When Winston Dong, Jr., describes the cracked asphalt and lumbering, elevated tracks that overshadow a 12-mile corridor of East Oakland, he's doggedly optimistic.
"There's an incredible need and an incredible opportunity here," says Dong, community designer for Urban Ecology, a nonprofit that works at the nexus of city planning, health and environmental sustainability. "We're trying to find ways that we can carve out recreational areas and pocket parks and spaces where community can happen."
Founded by architects and activists, Urban Ecology has become the catalyst behind a shared vision for the East Bay Greenway. This proposed multi-use trail would connect neighborhoods, schools and public transit among the region's diverse, low-income communities. According to Dong, these communities face the largest deficit of safe and accessible places to be active, along with increasing rates of obesity, diabetes and asthma.
"When we go out to do the site visits you see people struggling," Dong says. "We're talking about young mothers just finding someplace to walk with their kids or Latino day laborers biking to the place where people come to look for jobs."
The opportunity to re-envision the corridor surfaced when the 35-year-old Bay Area Rapid Transit (BART) announced a major seismic retrofit over the next two to six years. The Ohlone Greenway & Trail, which moves along the BART elevated tracks in three neighboring cities, presents a proven model for success.
"Here's this opportunity for both for these communities to gain hopefully recreational space, but also bike and pedestrian trails," says Dong. "It will make an amazing shift for the towns and people and communities along the route who will be using it."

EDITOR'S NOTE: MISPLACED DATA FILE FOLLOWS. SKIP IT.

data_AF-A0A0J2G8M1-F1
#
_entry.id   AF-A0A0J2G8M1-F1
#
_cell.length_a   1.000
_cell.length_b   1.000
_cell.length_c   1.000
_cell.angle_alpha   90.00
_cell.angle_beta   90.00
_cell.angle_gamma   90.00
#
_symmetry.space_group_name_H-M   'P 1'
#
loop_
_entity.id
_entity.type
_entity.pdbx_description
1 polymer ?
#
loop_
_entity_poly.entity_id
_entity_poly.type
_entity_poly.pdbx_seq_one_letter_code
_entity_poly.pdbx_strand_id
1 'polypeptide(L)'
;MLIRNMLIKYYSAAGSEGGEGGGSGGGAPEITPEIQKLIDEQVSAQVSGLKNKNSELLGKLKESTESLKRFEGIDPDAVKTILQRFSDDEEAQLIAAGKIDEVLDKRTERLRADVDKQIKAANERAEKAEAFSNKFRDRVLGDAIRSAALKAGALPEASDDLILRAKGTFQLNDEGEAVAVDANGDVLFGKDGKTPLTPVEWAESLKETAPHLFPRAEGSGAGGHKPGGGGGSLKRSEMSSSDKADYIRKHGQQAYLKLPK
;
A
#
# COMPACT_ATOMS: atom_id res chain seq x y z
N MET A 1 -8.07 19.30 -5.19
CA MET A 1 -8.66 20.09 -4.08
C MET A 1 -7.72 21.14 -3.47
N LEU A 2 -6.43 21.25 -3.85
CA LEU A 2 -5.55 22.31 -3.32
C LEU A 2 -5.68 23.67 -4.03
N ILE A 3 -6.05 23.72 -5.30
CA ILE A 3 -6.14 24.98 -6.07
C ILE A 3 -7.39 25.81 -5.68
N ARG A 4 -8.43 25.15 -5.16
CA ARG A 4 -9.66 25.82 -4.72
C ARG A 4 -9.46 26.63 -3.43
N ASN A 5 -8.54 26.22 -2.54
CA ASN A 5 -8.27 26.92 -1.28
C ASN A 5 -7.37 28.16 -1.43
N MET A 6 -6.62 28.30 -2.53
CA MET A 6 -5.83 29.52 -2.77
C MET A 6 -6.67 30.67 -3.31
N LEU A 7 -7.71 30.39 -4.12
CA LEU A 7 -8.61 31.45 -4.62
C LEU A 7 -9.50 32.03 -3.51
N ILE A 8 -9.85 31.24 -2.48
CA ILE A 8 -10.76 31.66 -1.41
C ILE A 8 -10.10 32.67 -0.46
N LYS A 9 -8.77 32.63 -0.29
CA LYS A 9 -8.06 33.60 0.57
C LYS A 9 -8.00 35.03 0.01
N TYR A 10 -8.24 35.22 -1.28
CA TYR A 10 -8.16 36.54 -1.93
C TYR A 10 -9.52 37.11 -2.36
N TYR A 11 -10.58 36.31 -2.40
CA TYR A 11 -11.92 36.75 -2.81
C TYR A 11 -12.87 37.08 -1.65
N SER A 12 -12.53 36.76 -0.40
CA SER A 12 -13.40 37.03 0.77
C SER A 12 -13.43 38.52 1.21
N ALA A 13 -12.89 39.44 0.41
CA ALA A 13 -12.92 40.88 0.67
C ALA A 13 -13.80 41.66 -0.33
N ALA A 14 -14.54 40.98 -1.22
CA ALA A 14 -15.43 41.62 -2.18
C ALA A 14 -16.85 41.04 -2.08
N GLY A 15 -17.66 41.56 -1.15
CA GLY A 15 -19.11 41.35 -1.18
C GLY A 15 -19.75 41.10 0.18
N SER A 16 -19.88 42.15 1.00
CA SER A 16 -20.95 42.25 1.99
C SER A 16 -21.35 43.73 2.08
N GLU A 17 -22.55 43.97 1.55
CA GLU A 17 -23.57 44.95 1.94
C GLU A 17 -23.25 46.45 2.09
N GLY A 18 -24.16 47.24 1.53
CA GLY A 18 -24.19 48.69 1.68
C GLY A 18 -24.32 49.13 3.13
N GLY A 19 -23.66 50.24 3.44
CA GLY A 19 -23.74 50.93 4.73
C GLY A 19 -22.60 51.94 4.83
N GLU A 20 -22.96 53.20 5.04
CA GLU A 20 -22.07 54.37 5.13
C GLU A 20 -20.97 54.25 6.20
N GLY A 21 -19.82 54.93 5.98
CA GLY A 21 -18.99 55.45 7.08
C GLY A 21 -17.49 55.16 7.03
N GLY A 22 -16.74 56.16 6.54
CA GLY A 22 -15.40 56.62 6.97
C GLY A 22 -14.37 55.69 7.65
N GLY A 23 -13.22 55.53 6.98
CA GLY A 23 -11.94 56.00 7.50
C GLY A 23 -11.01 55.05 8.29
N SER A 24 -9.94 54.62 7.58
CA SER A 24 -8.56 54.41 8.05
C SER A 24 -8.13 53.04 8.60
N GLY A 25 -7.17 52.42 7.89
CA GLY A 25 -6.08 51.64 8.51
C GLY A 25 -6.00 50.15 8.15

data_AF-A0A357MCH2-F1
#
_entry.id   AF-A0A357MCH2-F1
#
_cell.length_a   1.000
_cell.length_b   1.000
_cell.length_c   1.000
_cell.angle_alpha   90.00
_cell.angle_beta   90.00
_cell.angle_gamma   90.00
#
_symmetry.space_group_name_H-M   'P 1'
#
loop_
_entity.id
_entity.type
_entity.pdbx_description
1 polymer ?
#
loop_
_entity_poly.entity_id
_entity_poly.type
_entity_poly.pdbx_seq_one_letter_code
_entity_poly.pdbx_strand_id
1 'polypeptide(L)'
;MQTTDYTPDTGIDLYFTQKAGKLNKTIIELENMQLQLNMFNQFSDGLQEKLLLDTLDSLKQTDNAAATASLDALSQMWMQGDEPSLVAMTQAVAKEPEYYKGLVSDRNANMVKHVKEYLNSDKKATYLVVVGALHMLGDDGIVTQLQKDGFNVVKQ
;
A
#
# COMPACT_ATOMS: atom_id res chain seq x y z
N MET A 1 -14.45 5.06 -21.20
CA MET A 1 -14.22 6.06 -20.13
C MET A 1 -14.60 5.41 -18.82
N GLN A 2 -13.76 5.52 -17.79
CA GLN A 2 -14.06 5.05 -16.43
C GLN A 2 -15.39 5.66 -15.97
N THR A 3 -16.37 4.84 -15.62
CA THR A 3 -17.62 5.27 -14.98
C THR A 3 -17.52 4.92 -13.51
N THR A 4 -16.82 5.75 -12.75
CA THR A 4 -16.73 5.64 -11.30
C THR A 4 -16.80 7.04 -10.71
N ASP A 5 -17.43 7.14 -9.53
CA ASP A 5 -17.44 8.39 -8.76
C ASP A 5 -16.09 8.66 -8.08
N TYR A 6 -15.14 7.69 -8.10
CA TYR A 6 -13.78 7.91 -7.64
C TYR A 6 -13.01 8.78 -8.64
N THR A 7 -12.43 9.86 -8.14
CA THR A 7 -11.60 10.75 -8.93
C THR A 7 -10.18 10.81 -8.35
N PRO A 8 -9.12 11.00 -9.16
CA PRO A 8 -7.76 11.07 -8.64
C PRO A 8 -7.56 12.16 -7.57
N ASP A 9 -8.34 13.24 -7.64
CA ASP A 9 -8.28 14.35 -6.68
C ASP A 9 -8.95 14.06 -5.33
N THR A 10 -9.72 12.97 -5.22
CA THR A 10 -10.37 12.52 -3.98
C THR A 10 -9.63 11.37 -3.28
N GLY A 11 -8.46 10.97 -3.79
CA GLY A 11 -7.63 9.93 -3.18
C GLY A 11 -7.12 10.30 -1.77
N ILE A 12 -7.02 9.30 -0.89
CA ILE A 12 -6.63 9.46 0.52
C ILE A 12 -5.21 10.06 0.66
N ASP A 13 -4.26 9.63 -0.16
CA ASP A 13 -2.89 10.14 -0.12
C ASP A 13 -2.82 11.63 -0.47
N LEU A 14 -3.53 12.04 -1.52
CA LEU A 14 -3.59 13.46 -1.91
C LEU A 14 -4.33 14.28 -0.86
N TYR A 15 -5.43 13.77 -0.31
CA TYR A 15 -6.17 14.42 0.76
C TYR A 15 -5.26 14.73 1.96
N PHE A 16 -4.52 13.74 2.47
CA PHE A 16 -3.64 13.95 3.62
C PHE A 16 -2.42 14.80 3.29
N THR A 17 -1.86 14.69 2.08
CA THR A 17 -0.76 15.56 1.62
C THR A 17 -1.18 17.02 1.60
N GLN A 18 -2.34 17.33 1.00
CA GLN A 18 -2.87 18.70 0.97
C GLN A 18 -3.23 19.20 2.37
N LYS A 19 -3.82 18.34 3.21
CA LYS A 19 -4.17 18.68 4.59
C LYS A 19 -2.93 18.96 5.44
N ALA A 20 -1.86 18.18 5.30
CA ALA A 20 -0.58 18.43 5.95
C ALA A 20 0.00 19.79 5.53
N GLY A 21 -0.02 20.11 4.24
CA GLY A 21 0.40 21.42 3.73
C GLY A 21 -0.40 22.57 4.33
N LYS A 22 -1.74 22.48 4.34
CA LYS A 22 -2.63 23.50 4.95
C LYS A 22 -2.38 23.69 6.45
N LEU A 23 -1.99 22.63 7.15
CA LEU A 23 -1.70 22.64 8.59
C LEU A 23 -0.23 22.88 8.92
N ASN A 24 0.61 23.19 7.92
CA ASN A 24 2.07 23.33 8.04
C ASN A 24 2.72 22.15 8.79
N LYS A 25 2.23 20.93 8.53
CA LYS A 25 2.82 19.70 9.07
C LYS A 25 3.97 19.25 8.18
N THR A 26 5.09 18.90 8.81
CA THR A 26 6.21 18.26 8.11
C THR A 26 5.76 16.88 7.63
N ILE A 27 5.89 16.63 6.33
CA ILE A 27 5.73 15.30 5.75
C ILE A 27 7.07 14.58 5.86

"It's all about outreach and engagement," says Dong. "Then actually doing community design with the community."
East Oakland neighbors have been vocal about solutions. In response to safety concerns, the design concept blends recreational opportunities with good lighting, well-positioned signage and traffic calming measures.
The project's implementation depends on future fundraising efforts, and the continued collaboration of BART, local and regional officials, and community residents. Yet the inclusive process and holistic approach to community design presents a compelling vision of neighborhood vitality.
"It's really going from ground zero to a real paradigm shift," Dong says.
"We're not just talking about the environmental side of sustainable, we're talking about the cultural and community aspects as well as health."
View The Vision: Map of the East Bay Greenway [PDF]
Sample survey: See an example of a community survey [PDF] administered by Urban Ecology during the planning process.
Urban Ecology, founded in 1975, uses urban design, land use planning, and policy reform to help communities plan and build neighborhoods that are ecologically healthy, socially just and economically fair. Learn more.
The Walkable Streets Toolkit, available in English and Spanish, explains how to make streets better for walking, and identifies potential partners and resources.